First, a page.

There is a commonly used sermon illustration that is very powerful. Unfortunately, it doesn’t seem to be true. It’s the story about a frog in a kettle of hot water. If you turn up the heat, the frog won’t notice the gradual change in temperature and will eventually be boiled to death. Although the story is not true…the point it makes about ignoring gradual (and not so gradual) change is powerful.
Because our world is in constant change, as parent I will ask myself, “If I had it to do over, what would I do differently?” I don’t dwell on this a lot because parenting can be somewhat like squeezing a balloon. When I do one thing differently…squeeze a balloon…and something else happens…the balloon expands on the other side. Yes, I might be able to improve one aspect of parenting but as a result, something equally concerning might develop in its place.
Still there is one area I wish I had an opportunity to do over: Being a frog parent in the hot kettle of technology. When I first had kids, cell phones were relatively new. I didn’t even have one. The Internet was relatively new and use was minimal. Before I knew it, these new technologies were having a powerful influence in family’s life. A cell phone became a smart phone. A single TV show became binge watching a whole TV series.
In the September/October 2014 Psychotherapy Network magazine there is a powerful cover article titled, “There & Not There: Growing Up in an Age of Distraction.” The article highlights the rise of a new form of fragmented attachment and the two-dimensional parent.
Author Ron Taffel, Ph.D. writes, “So we see in our offices a generation of late teens and young adults who’ve grown up getting this kind of agitated, fragmented, distracted attention from their parents…But the insidious effect of jagged consciousness on attachment from well-meaning parents is still insufficiently recognized…If love is, as has been suggested, focused interest, how can chronic distraction translate into secure attachment?”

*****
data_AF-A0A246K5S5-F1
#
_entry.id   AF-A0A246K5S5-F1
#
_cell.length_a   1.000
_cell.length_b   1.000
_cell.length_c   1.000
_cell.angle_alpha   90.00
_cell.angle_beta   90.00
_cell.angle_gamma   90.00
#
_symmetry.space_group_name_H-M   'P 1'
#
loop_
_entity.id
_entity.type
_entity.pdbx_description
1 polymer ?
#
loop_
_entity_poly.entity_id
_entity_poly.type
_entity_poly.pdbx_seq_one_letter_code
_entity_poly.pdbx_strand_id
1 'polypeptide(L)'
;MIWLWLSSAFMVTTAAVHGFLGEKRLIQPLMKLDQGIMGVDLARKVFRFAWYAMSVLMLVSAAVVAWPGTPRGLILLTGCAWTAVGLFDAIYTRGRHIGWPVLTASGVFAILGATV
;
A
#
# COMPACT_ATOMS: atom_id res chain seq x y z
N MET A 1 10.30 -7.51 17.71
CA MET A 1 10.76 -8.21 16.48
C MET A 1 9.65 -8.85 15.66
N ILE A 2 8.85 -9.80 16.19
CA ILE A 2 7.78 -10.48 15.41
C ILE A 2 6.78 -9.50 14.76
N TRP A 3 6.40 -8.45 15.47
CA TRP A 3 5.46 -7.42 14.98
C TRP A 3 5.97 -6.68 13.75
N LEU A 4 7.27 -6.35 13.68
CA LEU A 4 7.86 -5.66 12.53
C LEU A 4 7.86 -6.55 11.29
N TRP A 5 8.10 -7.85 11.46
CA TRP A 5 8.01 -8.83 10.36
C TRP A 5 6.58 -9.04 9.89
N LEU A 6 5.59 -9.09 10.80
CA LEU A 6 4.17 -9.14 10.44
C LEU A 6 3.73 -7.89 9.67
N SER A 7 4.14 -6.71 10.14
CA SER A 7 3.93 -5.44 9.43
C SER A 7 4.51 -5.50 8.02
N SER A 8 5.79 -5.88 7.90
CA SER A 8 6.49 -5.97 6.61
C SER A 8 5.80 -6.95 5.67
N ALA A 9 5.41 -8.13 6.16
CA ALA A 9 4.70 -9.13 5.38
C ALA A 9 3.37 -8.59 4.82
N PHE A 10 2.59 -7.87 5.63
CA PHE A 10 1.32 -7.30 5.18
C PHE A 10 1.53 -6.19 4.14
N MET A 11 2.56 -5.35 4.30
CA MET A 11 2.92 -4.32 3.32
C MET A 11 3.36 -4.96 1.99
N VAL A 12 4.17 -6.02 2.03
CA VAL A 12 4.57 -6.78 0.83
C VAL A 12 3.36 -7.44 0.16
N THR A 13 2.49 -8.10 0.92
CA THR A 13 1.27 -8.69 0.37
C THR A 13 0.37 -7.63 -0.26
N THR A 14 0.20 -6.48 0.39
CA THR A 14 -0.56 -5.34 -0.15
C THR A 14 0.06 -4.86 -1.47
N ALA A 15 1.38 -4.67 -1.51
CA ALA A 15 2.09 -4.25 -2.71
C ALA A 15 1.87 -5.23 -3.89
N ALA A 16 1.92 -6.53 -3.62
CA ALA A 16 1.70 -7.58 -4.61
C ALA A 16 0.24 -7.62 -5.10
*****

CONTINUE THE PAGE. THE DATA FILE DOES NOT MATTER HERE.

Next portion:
When it comes to smart phones, Internet and TV I would squeeze the balloon and be prepared to deal with the consequences of something else arising to take its place. So, you ask, “What would you do differently?”
• I would keep Family Time—fun and exciting Bible teaching at home.
• Eat meals together.
• Participation in church, school and sports.
• Change is the influence of technology on in-between times.
• Tech timeout for both parents and children. Phones turned off for several hours a day and during the night.
• Television and computer limits accompanied by creative and fun tasks to do together.
• We used Internet security but I would annually review the latest safe guards.
My kids might grow up and abandon these limits. But they would at least have an example and would be making a choice instead of unknowingly continue to cook in the hot water of technology.
Listen, my son, and be wise, and set your heart on the right path.
What is the hardest part of navigating technology for your family?
By Kirk Weaver
Husband to Trudi
Dad to two
1 Corinthians 13 Parenting Team Member
Founder and Executive Director of Family Time Training
Ron Taffel, Ph.D. September/October 2014 Psychotherapy Network Magazine There & Not There: Growing Up in an Age of Distraction